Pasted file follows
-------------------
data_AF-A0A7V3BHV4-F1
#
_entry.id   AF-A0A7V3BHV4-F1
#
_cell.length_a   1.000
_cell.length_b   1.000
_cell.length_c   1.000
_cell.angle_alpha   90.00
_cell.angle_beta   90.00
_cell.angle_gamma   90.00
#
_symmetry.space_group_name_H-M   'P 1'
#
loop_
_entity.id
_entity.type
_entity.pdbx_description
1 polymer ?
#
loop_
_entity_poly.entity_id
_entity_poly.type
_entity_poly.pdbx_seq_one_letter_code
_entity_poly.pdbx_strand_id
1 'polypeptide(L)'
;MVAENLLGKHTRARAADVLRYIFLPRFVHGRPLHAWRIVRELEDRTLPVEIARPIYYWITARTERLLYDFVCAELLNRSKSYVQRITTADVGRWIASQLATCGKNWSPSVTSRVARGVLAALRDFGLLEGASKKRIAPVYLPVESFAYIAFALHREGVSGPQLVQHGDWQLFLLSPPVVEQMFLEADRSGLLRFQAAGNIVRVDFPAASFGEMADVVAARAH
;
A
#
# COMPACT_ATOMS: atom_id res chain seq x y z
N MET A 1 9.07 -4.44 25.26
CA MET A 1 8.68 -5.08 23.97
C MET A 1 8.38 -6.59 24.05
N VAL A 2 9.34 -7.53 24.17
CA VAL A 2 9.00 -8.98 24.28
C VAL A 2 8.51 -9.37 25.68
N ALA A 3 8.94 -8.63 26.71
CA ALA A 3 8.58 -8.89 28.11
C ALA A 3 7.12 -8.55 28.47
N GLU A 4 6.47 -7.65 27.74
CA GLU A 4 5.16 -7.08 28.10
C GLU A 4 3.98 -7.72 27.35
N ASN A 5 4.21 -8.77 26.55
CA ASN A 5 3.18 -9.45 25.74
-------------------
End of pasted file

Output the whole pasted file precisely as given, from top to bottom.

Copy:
data_AF-A0A7V3BHV4-F1
#
_entry.id   AF-A0A7V3BHV4-F1
#
_cell.length_a   1.000
_cell.length_b   1.000
_cell.length_c   1.000
_cell.angle_alpha   90.00
_cell.angle_beta   90.00
_cell.angle_gamma   90.00
#
_symmetry.space_group_name_H-M   'P 1'
#
loop_
_entity.id
_entity.type
_entity.pdbx_description
1 polymer ?
#
loop_
_entity_poly.entity_id
_entity_poly.type
_entity_poly.pdbx_seq_one_letter_code
_entity_poly.pdbx_strand_id
1 'polypeptide(L)'
;MVAENLLGKHTRARAADVLRYIFLPRFVHGRPLHAWRIVRELEDRTLPVEIARPIYYWITARTERLLYDFVCAELLNRSKSYVQRITTADVGRWIASQLATCGKNWSPSVTSRVARGVLAALRDFGLLEGASKKRIAPVYLPVESFAYIAFALHREGVSGPQLVQHGDWQLFLLSPPVVEQMFLEADRSGLLRFQAAGNIVRVDFPAASFGEMADVVAARAH
;
A
#
# COMPACT_ATOMS: atom_id res chain seq x y z
N MET A 1 9.07 -4.44 25.26
CA MET A 1 8.68 -5.08 23.97
C MET A 1 8.38 -6.59 24.05
N VAL A 2 9.34 -7.53 24.17
CA VAL A 2 9.00 -8.98 24.28
C VAL A 2 8.51 -9.37 25.68
N ALA A 3 8.94 -8.63 26.71
CA ALA A 3 8.58 -8.89 28.11
C ALA A 3 7.12 -8.55 28.47
N GLU A 4 6.47 -7.65 27.74
CA GLU A 4 5.16 -7.08 28.10
C GLU A 4 3.98 -7.72 27.35
N ASN A 5 4.21 -8.77 26.55
CA ASN A 5 3.18 -9.45 25.74